“Anything’s better than this.”
A hard-hitting Marine drill instructor (Jack Webb) falls for a sexy local (Jackie Loughery) while refusing to give up on a seemingly hopeless recruit (Don Dubbins).
Jack Webb is so inextricably linked to his iconic role as Joe Friday on “Dragnet” that it’s somewhat surprising to find he was actually a busy auteur, producing and directing a handful of films and T.V. shows from the 1950s-1970s. This pre-cursor to Stanley Kubrick’s Full Metal Jacket (1987) begins with a literal bang, as Marine recruits knock on the door of a hard-nosed (what else?) Drill Instructor whose job is to use any means necessary to toughen these men for combat. Webb consistently utilizes creative, stylized framing and cinematography to heighten dramatic tension and highlight power differentials; the film is never boring to look at, even when the screenplay goes soppy during obligatory romantic interludes meant to show us Webb’s “softer side”. While profanity is noticeably absent, many IMDb users have noted how refreshingly authentic this film still comes across today, and others have stated that this film was responsible for their eventual application to the Marines (!). Interestingly, part of the U.S. Marine Corps’ willingness to cooperate so readily in the making of this movie was in response to a tragic occurrence in 1955 known as the “Ribbon Creek” incident — and recent news of the death of a new recruit at Parris Island further reminds us about the intensity of such infamously brutal training.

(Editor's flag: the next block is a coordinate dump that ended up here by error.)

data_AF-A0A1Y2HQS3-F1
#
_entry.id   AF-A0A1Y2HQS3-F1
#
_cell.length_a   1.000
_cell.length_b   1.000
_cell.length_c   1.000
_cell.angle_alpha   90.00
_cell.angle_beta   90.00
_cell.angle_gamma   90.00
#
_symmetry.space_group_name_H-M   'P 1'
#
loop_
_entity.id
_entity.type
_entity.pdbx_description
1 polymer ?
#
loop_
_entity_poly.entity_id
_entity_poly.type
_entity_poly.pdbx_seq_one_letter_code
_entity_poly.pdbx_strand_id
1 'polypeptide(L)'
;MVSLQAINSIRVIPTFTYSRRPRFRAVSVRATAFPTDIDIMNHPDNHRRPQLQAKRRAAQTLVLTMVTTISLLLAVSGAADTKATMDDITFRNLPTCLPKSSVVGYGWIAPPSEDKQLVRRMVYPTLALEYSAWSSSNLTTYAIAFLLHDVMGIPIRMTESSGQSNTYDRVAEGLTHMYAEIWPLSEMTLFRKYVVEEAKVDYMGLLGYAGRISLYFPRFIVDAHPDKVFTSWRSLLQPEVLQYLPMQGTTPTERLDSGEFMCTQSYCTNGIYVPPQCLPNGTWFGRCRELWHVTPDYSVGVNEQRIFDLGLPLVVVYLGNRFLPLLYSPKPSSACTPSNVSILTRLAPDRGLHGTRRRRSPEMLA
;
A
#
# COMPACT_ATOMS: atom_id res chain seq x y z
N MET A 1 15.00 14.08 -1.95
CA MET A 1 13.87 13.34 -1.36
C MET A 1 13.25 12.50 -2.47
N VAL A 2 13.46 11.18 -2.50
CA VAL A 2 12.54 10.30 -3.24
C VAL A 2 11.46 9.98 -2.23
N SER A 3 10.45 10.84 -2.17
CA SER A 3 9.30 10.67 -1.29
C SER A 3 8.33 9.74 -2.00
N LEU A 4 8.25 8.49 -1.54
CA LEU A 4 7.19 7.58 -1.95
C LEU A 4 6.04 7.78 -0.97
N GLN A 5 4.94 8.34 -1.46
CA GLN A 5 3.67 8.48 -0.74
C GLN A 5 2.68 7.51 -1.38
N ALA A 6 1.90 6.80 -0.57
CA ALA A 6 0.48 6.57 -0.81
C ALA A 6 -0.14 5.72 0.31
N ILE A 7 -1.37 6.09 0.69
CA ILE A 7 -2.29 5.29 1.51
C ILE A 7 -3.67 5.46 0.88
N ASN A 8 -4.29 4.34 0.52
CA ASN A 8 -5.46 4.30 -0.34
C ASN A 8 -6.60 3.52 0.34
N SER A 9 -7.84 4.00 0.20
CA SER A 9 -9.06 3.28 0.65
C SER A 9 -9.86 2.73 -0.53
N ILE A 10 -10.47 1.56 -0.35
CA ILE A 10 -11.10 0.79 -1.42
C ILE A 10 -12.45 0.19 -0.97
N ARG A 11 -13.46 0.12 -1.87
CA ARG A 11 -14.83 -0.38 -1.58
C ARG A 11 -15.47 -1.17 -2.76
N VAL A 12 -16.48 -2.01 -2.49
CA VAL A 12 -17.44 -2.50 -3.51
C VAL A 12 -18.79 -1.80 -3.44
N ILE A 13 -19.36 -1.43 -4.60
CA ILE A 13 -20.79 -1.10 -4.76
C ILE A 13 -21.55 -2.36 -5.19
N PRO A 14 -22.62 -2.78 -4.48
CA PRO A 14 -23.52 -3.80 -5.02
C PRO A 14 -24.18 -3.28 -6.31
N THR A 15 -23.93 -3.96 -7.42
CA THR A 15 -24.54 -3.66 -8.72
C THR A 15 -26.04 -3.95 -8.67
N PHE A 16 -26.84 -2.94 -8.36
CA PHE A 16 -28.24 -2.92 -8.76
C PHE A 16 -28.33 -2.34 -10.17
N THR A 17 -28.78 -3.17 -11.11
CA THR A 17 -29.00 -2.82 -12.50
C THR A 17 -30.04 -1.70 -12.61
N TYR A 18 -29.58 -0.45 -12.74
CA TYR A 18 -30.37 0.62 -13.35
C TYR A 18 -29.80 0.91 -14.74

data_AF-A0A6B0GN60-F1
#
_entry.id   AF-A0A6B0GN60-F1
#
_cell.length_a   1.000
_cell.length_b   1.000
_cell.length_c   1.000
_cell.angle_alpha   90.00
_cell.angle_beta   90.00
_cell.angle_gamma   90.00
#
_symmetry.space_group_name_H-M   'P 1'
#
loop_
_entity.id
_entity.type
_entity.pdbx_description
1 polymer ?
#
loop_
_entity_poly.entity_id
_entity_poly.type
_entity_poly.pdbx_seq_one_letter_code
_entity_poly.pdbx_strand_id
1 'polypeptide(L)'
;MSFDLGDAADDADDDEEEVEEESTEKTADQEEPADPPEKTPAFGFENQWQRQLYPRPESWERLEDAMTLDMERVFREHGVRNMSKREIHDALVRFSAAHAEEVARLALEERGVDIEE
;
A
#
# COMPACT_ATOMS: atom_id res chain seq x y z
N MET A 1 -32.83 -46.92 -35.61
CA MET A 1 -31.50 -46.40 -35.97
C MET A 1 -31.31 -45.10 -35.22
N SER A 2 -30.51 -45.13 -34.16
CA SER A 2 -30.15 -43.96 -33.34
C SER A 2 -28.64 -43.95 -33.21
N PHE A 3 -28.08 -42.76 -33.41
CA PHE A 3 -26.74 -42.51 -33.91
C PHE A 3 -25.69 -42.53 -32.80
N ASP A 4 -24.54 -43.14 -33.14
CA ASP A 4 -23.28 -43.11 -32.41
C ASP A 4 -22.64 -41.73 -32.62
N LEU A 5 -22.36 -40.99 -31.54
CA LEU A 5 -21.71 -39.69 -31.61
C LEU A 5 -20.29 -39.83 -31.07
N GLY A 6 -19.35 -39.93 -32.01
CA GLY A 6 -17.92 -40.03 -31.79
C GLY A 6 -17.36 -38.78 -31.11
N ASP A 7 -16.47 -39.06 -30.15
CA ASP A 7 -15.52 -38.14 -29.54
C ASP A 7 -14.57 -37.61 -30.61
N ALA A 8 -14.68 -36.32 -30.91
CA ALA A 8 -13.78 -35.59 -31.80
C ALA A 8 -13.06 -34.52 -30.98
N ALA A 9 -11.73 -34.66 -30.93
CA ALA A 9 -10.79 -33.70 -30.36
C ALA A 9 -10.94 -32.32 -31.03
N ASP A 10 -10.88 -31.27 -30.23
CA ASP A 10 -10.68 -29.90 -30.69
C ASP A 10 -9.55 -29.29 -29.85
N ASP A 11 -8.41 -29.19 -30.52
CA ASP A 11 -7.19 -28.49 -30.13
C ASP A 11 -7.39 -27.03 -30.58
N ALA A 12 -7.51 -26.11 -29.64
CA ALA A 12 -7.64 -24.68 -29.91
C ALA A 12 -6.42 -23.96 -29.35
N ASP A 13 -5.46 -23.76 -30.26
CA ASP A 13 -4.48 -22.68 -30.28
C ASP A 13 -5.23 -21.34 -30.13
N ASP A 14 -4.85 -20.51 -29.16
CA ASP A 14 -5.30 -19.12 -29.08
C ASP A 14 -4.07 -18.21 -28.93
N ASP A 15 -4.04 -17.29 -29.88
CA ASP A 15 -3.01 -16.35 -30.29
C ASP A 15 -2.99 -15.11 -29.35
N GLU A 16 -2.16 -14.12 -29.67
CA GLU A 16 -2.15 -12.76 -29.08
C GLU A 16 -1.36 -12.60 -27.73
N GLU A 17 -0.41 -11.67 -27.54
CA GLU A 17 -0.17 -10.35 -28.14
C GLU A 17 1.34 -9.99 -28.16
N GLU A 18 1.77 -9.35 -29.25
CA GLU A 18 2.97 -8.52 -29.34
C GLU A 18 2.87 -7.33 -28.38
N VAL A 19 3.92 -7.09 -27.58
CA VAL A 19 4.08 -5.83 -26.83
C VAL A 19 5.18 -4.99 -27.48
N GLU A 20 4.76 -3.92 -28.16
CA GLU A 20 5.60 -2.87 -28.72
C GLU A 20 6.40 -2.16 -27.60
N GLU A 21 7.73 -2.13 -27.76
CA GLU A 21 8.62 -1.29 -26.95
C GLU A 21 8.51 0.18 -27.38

Redeeming Qualities and Moments:
- Jack Webb as Sergeant Moore
- Creative direction
- Fine cinematography
- Good use of realistic locales (albeit at Camp Pendleton and on sets rather than Parris Island) and actual Marines in key roles
- A hard-hitting script:
“There’s a man hidden somewhere under that baby powder.”
“Tell me Castro, did your mother ever have any children that lived?”
“What was it you just said, you miserable clown?”
Yes, as a unique cult favorite.